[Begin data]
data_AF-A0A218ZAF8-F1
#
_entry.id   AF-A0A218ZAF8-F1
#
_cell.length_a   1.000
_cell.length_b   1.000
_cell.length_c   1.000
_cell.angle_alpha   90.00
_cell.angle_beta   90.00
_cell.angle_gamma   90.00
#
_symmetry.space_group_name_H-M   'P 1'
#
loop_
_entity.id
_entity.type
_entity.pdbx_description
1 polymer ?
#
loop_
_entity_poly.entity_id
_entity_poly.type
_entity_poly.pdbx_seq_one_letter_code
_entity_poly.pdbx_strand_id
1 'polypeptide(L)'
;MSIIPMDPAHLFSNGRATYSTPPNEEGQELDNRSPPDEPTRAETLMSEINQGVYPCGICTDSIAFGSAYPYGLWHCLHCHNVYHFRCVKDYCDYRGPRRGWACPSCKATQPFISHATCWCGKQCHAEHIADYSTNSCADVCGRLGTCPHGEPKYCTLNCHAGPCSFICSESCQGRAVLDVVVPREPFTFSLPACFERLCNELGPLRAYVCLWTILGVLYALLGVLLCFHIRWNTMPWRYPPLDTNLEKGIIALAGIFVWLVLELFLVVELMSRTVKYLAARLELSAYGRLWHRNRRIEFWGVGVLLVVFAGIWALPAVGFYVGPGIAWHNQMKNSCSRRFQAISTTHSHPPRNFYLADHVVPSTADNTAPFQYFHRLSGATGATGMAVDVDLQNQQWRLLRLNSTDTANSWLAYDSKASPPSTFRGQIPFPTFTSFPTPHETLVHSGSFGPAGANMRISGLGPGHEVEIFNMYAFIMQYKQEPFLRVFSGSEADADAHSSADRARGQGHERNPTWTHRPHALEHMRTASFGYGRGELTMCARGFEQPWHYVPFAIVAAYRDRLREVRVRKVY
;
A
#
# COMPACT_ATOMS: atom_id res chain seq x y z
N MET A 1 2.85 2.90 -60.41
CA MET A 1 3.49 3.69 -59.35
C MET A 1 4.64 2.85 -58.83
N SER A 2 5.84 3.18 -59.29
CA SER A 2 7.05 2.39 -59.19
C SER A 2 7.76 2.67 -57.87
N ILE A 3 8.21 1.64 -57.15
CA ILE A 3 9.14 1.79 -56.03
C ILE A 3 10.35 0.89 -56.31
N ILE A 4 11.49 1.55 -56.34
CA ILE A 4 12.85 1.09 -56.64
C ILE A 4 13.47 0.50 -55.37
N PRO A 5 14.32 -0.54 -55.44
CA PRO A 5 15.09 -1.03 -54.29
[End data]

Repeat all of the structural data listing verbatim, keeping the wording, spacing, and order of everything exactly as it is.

data_AF-A0A218ZAF8-F1
#
_entry.id   AF-A0A218ZAF8-F1
#
_cell.length_a   1.000
_cell.length_b   1.000
_cell.length_c   1.000
_cell.angle_alpha   90.00
_cell.angle_beta   90.00
_cell.angle_gamma   90.00
#
_symmetry.space_group_name_H-M   'P 1'
#
loop_
_entity.id
_entity.type
_entity.pdbx_description
1 polymer ?
#
loop_
_entity_poly.entity_id
_entity_poly.type
_entity_poly.pdbx_seq_one_letter_code
_entity_poly.pdbx_strand_id
1 'polypeptide(L)'
;MSIIPMDPAHLFSNGRATYSTPPNEEGQELDNRSPPDEPTRAETLMSEINQGVYPCGICTDSIAFGSAYPYGLWHCLHCHNVYHFRCVKDYCDYRGPRRGWACPSCKATQPFISHATCWCGKQCHAEHIADYSTNSCADVCGRLGTCPHGEPKYCTLNCHAGPCSFICSESCQGRAVLDVVVPREPFTFSLPACFERLCNELGPLRAYVCLWTILGVLYALLGVLLCFHIRWNTMPWRYPPLDTNLEKGIIALAGIFVWLVLELFLVVELMSRTVKYLAARLELSAYGRLWHRNRRIEFWGVGVLLVVFAGIWALPAVGFYVGPGIAWHNQMKNSCSRRFQAISTTHSHPPRNFYLADHVVPSTADNTAPFQYFHRLSGATGATGMAVDVDLQNQQWRLLRLNSTDTANSWLAYDSKASPPSTFRGQIPFPTFTSFPTPHETLVHSGSFGPAGANMRISGLGPGHEVEIFNMYAFIMQYKQEPFLRVFSGSEADADAHSSADRARGQGHERNPTWTHRPHALEHMRTASFGYGRGELTMCARGFEQPWHYVPFAIVAAYRDRLREVRVRKVY
;
A
#
# COMPACT_ATOMS: atom_id res chain seq x y z
N MET A 1 2.85 2.90 -60.41
CA MET A 1 3.49 3.69 -59.35
C MET A 1 4.64 2.85 -58.83
N SER A 2 5.84 3.18 -59.29
CA SER A 2 7.05 2.39 -59.19
C SER A 2 7.76 2.67 -57.87
N ILE A 3 8.21 1.64 -57.15
CA ILE A 3 9.14 1.79 -56.03
C ILE A 3 10.35 0.89 -56.31
N ILE A 4 11.49 1.55 -56.34
CA ILE A 4 12.85 1.09 -56.64
C ILE A 4 13.47 0.50 -55.37
N PRO A 5 14.32 -0.54 -55.44
CA PRO A 5 15.09 -1.03 -54.29